Federally regulated employers should be aware of new Canada Labour Code (CLC) provisions requiring long term disability programs to be insured with an insurance company licensed under the laws of a province.

Effective July 1, 2014, all prospective LTD benefits offered to employees covered by the CLC must be insured. Transitional rules provide that the insurance requirements operate on a prospective basis only. As a result, employers will not be required to purchase insurance in respect of LTD benefits presently being paid or for which an application for benefits has already been submitted.

Currently there is little regulation of uninsured LTD plans and no requirement for employers to prefund for expected claims. The insurance industry, on the other hand, is highly regulated. Once the CLC changes come into force, affected employers will no longer have the option of self-insuring LTD benefits.

The CLC amendments provide for the exemption of certain LTD Plans in prescribed circumstances, however, regulations outlining the basis for exemption have yet to be issued. The expectation is that limited exemptions will be extended to certain health and welfare trusts which prefund expected LTD claims using insurance industry standards.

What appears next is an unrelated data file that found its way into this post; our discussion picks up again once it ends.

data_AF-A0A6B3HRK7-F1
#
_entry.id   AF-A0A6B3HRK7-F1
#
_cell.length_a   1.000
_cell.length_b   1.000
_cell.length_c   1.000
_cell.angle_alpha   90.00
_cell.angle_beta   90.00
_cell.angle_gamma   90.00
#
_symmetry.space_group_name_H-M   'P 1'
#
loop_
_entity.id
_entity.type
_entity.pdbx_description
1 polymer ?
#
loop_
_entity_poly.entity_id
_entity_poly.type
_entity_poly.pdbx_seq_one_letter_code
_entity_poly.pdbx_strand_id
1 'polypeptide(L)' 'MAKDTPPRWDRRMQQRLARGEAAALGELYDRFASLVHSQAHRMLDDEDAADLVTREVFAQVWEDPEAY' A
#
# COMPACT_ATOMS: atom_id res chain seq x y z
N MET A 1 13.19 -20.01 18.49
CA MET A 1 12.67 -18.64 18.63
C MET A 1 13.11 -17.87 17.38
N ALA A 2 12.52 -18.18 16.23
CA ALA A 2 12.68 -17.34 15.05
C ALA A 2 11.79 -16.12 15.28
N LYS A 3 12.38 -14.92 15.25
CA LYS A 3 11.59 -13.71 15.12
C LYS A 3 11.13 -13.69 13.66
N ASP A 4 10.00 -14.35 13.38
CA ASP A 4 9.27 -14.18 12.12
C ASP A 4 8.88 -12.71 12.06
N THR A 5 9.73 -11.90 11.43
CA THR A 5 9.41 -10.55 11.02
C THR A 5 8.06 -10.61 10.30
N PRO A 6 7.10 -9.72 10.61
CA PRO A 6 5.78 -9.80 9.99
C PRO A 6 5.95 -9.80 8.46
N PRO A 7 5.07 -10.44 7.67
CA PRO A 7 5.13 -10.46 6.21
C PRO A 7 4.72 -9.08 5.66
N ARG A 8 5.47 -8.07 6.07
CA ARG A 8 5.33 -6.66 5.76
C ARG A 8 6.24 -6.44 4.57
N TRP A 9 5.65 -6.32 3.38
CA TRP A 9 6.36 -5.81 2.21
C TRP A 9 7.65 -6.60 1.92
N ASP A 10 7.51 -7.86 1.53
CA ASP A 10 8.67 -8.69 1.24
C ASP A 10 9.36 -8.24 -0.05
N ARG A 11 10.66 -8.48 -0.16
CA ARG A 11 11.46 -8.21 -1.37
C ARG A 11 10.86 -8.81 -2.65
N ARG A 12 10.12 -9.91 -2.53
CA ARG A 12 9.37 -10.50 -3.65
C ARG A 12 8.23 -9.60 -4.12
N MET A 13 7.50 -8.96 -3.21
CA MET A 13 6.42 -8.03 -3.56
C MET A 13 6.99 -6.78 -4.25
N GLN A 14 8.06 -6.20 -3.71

Beginning July of next year, employers can be required to furnish proof to inspectors that their LTD plans are insured in accordance with the new CLC requirements. To ensure compliance with those new requirements, as well as other requirements in Part III of the CLC, the maximum fine for most Part III violations will rise to $250K from the current $5K.

As a result of these amendments we recommend that all federally regulated employers offering uninsured (or self-insured) LTD benefits take preliminary steps toward insuring their LTD plans as soon as possible. Some plans may qualify for an exemption under the regulations. However, given the public policy concerns involved, we anticipate the number of exempt plans is likely to be quite small.

Sections 434 to 439 of the Job, Growth and Long-term Prosperity Act, SC 2012, c. 19.